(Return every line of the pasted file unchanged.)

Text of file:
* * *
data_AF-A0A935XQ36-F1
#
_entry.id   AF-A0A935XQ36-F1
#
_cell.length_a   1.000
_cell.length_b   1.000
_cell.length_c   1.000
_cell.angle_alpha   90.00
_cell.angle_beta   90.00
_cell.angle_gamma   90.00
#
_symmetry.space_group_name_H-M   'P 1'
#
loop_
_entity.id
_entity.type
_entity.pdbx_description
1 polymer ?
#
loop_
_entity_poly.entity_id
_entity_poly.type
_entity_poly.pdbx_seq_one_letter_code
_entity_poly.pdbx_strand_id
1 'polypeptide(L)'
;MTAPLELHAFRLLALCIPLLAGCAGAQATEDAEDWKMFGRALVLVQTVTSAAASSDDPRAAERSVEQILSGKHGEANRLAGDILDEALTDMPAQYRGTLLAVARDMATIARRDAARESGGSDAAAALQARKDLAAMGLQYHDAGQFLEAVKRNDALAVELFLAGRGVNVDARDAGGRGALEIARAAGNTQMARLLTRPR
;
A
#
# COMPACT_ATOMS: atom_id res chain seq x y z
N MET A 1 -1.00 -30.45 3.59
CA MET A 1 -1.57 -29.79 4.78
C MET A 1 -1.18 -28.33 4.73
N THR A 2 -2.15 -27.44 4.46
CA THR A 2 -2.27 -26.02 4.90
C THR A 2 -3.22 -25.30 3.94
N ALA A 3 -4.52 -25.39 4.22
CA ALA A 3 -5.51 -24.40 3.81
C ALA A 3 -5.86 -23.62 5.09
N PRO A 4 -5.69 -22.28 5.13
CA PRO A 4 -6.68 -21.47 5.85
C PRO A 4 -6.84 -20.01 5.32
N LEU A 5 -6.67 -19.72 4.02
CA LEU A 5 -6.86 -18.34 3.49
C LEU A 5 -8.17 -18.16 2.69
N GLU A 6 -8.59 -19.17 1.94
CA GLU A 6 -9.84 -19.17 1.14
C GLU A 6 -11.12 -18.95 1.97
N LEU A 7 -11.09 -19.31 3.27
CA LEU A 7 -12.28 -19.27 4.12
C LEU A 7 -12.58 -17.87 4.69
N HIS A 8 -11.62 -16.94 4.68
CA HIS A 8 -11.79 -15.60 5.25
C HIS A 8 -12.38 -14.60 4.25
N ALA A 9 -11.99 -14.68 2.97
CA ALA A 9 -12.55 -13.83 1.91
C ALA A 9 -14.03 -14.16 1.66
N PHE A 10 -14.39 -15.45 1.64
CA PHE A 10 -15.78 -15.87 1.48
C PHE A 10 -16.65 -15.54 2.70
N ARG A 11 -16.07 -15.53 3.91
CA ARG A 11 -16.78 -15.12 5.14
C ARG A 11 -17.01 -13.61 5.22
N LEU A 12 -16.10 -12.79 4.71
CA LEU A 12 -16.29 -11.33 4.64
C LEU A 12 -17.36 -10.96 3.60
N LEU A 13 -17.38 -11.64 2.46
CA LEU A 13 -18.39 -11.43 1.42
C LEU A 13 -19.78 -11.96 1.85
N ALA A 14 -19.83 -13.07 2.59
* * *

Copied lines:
data_AF-A0A935XQ36-F1
#
_entry.id   AF-A0A935XQ36-F1
#
_cell.length_a   1.000
_cell.length_b   1.000
_cell.length_c   1.000
_cell.angle_alpha   90.00
_cell.angle_beta   90.00
_cell.angle_gamma   90.00
#
_symmetry.space_group_name_H-M   'P 1'
#
loop_
_entity.id
_entity.type
_entity.pdbx_description
1 polymer ?
#
loop_
_entity_poly.entity_id
_entity_poly.type
_entity_poly.pdbx_seq_one_letter_code
_entity_poly.pdbx_strand_id
1 'polypeptide(L)'
;MTAPLELHAFRLLALCIPLLAGCAGAQATEDAEDWKMFGRALVLVQTVTSAAASSDDPRAAERSVEQILSGKHGEANRLAGDILDEALTDMPAQYRGTLLAVARDMATIARRDAARESGGSDAAAALQARKDLAAMGLQYHDAGQFLEAVKRNDALAVELFLAGRGVNVDARDAGGRGALEIARAAGNTQMARLLTRPR
;
A
#
# COMPACT_ATOMS: atom_id res chain seq x y z
N MET A 1 -1.00 -30.45 3.59
CA MET A 1 -1.57 -29.79 4.78
C MET A 1 -1.18 -28.33 4.73
N THR A 2 -2.15 -27.44 4.46
CA THR A 2 -2.27 -26.02 4.90
C THR A 2 -3.22 -25.30 3.94
N ALA A 3 -4.52 -25.39 4.22
CA ALA A 3 -5.51 -24.40 3.81
C ALA A 3 -5.86 -23.62 5.09
N PRO A 4 -5.69 -22.28 5.13
CA PRO A 4 -6.68 -21.47 5.85
C PRO A 4 -6.84 -20.01 5.32
N LEU A 5 -6.67 -19.72 4.02
CA LEU A 5 -6.86 -18.34 3.49
C LEU A 5 -8.17 -18.16 2.69
N GLU A 6 -8.59 -19.17 1.94
CA GLU A 6 -9.84 -19.17 1.14
C GLU A 6 -11.12 -18.95 1.97
N LEU A 7 -11.09 -19.31 3.27
CA LEU A 7 -12.28 -19.27 4.12
C LEU A 7 -12.58 -17.87 4.69
N HIS A 8 -11.62 -16.94 4.68
CA HIS A 8 -11.79 -15.60 5.25
C HIS A 8 -12.38 -14.60 4.25
N ALA A 9 -11.99 -14.68 2.97
CA ALA A 9 -12.55 -13.83 1.91
C ALA A 9 -14.03 -14.16 1.66
N PHE A 10 -14.39 -15.45 1.64
CA PHE A 10 -15.78 -15.87 1.48
C PHE A 10 -16.65 -15.54 2.70
N ARG A 11 -16.07 -15.53 3.91
CA ARG A 11 -16.78 -15.12 5.14
C ARG A 11 -17.01 -13.61 5.22
N LEU A 12 -16.10 -12.79 4.71
CA LEU A 12 -16.29 -11.33 4.64
C LEU A 12 -17.36 -10.96 3.60
N LEU A 13 -17.38 -11.64 2.46
CA LEU A 13 -18.39 -11.43 1.42
C LEU A 13 -19.78 -11.96 1.85
N ALA A 14 -19.83 -13.07 2.59